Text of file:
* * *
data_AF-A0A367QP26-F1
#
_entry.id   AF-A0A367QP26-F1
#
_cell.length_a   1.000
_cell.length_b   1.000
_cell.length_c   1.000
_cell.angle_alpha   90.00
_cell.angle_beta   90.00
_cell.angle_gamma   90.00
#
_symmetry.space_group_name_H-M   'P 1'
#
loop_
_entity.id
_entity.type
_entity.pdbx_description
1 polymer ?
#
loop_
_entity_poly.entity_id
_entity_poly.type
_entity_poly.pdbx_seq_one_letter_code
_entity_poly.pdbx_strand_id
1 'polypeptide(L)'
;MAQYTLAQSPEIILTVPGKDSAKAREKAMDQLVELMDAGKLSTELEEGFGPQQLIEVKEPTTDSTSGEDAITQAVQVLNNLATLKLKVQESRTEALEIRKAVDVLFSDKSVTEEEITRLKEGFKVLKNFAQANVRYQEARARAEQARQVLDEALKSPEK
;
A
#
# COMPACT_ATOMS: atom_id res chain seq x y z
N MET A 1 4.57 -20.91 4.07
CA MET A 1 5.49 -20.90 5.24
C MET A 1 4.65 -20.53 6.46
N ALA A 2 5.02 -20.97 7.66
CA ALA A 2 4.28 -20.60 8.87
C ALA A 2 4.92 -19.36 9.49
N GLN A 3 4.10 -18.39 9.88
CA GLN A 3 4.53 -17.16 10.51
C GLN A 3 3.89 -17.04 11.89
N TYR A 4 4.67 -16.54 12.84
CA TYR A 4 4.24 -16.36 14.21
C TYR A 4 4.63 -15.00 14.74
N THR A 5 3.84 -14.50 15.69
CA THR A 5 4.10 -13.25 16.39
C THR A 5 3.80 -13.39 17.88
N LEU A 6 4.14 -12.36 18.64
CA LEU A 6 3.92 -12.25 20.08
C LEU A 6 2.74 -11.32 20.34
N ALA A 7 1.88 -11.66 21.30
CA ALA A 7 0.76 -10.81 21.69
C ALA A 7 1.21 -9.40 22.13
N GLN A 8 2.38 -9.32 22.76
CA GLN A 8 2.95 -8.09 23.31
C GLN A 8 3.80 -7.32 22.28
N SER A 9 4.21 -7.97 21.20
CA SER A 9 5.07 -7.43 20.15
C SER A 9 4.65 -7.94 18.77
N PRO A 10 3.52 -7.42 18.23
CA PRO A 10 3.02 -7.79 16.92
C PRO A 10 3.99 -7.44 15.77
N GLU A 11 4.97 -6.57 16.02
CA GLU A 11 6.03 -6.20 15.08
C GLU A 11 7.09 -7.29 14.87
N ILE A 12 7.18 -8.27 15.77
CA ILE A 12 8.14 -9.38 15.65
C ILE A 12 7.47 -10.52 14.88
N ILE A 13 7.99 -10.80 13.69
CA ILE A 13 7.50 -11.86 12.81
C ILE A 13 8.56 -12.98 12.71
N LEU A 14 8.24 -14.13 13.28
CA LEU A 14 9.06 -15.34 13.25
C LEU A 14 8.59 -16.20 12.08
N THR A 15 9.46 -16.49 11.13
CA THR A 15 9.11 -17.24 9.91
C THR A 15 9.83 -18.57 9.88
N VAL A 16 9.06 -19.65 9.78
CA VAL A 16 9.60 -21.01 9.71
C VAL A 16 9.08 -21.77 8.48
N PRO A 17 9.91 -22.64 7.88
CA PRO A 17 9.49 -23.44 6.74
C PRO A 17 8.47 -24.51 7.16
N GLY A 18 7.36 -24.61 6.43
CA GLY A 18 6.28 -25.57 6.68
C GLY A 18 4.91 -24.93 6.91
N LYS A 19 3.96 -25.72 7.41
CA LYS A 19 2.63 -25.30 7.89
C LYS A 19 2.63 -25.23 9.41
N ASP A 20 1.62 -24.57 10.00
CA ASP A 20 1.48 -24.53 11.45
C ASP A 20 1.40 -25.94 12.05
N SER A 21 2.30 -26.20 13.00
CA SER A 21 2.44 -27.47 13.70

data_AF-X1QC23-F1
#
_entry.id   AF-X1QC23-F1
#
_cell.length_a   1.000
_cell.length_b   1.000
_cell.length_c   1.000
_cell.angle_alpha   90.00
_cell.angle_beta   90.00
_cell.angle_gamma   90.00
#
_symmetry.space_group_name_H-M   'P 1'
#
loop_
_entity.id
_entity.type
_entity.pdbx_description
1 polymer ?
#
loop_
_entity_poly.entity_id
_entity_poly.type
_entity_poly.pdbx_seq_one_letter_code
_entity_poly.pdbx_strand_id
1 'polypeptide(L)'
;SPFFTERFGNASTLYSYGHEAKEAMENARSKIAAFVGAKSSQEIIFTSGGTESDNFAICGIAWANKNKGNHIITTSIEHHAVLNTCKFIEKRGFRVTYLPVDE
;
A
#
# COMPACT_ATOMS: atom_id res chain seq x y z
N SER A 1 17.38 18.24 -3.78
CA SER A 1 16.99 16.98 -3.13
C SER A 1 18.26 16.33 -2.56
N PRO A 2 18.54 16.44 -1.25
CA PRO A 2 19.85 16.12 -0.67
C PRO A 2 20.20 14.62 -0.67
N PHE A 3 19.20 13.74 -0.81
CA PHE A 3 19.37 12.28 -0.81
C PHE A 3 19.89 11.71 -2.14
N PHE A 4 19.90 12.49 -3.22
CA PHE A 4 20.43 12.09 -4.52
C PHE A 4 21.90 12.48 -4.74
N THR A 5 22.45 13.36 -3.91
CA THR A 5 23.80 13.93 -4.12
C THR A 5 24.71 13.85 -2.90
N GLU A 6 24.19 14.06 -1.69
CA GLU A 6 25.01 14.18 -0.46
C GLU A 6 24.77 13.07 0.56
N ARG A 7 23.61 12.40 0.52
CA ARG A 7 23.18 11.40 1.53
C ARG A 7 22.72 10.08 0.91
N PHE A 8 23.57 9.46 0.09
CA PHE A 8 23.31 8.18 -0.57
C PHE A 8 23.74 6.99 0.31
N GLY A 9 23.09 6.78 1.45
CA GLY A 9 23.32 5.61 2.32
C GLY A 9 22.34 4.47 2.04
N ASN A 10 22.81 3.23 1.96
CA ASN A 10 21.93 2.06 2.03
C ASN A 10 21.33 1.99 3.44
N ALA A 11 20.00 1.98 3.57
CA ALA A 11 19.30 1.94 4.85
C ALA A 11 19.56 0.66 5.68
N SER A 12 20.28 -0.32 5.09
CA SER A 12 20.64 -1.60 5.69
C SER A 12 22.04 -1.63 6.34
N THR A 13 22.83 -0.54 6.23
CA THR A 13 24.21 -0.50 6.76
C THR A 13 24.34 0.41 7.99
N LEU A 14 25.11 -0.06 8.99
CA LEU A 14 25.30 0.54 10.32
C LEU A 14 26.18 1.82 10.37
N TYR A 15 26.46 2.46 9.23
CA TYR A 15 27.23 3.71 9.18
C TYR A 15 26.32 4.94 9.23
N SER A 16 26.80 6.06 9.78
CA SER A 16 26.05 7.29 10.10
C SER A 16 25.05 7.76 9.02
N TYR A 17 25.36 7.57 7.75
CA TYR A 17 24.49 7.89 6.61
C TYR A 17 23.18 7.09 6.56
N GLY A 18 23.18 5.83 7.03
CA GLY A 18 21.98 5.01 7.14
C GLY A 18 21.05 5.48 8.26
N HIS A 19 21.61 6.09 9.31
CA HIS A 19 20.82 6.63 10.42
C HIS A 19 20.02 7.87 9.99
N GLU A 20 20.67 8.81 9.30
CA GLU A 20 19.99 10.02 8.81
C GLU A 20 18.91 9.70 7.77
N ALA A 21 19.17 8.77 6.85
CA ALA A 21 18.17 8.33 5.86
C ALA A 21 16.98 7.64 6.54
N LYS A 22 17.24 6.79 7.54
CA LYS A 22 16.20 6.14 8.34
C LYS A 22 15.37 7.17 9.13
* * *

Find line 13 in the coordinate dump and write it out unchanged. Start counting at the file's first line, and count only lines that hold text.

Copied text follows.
#